3. Savings and Investments: Surpluses in good years are saved or invested through entities like Temasek Holdings and the Government of Singapore Investment Corporation (GIC). These investments generate income, which helps fund government expenditures and can be tapped during economic downturns.
  4. Reserves: The constitutionally mandated need to maintain a balanced budget over a term of government encourages long-term planning and fiscal discipline. The government can only spend from the reserves that have been accumulated in the past if it obtains the President's approval, ensuring a safeguard against profligate spending.

Singapore's success in developing into a global financial center and maintaining a high standard of living for its citizens is largely attributed to its strategic economic planning, efficient use of tax revenues, and disciplined fiscal policy. This approach has not only allowed for sustainable development but has also provided a buffer against economic downturns, ensuring the city-state's resilience and stability.

aerial photography of parked cars near building during night time

Singapore's Fiscal Strategy:

Singapore's fiscal approach contrasts significantly with the deficit spending often observed in the United States. Deficit spending occurs when a government's expenditures exceed its revenues, leading to the accumulation of debt. While deficit spending can be a useful tool for stimulating economic growth, particularly during recessions or periods of low economic activity, it carries risks if used extensively over the long term. Here's how Singapore's approach differs from the U.S.'s deficit spending and how it avoids associated long-term risks:

  1. Mandatory Balanced Budgets: Singapore's Constitution mandates that the government must maintain a balanced budget over its term. This means that any planned government spending must be matched by expected revenues within the government's term, promoting fiscal discipline and long-term planning.
  2. Limited Borrowing for Investment Only: Singapore's government does not borrow to fund recurrent spending. Borrowing is limited to specific investment projects that are expected to generate economic returns, ensuring that debt levels remain manageable and are used to finance growth-enhancing projects.
  3. Prudent Use of Reserves: Singapore can only dip into its past reserves for budgetary purposes with the President's approval, ensuring that such measures are taken only in exceptional circumstances. This creates a strong safeguard against the depletion of national savings.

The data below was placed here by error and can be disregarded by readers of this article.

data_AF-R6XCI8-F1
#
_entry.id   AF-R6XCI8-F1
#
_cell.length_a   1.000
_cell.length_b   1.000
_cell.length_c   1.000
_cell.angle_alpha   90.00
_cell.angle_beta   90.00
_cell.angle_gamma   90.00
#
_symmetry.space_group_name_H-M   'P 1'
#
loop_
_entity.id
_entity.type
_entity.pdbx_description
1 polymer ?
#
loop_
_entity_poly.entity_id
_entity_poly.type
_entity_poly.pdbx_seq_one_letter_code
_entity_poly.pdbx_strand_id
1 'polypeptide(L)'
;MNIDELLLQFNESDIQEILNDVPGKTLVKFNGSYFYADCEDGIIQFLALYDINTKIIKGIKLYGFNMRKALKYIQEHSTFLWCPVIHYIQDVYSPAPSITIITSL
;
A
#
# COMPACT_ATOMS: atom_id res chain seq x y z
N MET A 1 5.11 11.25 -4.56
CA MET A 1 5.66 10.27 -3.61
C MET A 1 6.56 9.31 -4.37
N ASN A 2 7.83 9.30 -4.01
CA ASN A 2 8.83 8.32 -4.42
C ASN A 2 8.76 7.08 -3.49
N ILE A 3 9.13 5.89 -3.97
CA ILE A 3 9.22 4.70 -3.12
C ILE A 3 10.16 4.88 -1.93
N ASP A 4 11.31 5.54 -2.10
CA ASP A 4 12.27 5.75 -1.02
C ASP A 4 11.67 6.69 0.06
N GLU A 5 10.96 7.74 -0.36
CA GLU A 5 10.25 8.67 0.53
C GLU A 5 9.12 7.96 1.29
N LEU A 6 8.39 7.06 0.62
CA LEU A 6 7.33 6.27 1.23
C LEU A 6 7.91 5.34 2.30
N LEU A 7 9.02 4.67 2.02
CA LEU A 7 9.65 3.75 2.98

4. Rainy Day Funds: The government sets aside significant surpluses during good years in various endowment and trust funds. These funds can be drawn upon in tougher times, providing a buffer without resorting to deficit spending.

U.S. Deficit Spending:

  1. Regular Use of Deficit Spending: The U.S. frequently employs deficit spending as a fiscal policy tool, often to fund government operations, social services, and military expenditures. This approach can stimulate economic activity, especially during downturns, by injecting money into the economy.
  2. Accumulation of National Debt: Continuous deficit spending has led to a significant accumulation of national debt in the U.S. While this can be sustainable in a growing economy, especially for a country like the U.S. with a strong demand for its debt, it poses long-term risks such as higher interest payments and potential challenges to fiscal sustainability.
  3. Interest Payments: A significant portion of the U.S. budget is dedicated to paying interest on the national debt. As debt levels increase, so do these interest payments, which can crowd out other government spending priorities.
  4. Potential for Inflation: Prolonged deficit spending, especially if financed by printing more money, can lead to inflationary pressures, reducing purchasing power and potentially destabilizing the economy.

Avoiding Long-term Risks:

Singapore's cautious fiscal approach helps it avoid several risks associated with long-term deficit spending, such as:

  1. Lower Debt Levels: By maintaining balanced budgets and borrowing only for investment, Singapore keeps its debt levels relatively low, reducing the risk of fiscal crises and ensuring sustainability.
  2. Economic Stability: Singapore's approach promotes long-term economic stability by avoiding the boom-and-bust cycles that can result from fluctuating government spending.
  3. Inflation Control: Prudent fiscal management helps Singapore maintain low and stable inflation rates, preserving purchasing power and living standards.
  4. Fiscal Flexibility: By saving during good times, Singapore ensures it has the fiscal flexibility to respond to economic downturns or crises without resorting to excessive borrowing or destabilizing fiscal measures.

Another piece is since Singapore is small, it does not have a large line item allocating to military spending, where in the U.S. we employ our military to essentially defend the dollar as the world currency so we can spend more than we take in. It is a business model in which war depends to have the privilege to be fiscally irresponsible. Granted, there are many other differences, but the avoidance of debt is a key one, and helps to avoid other larger problems that loom if national debt is ignored.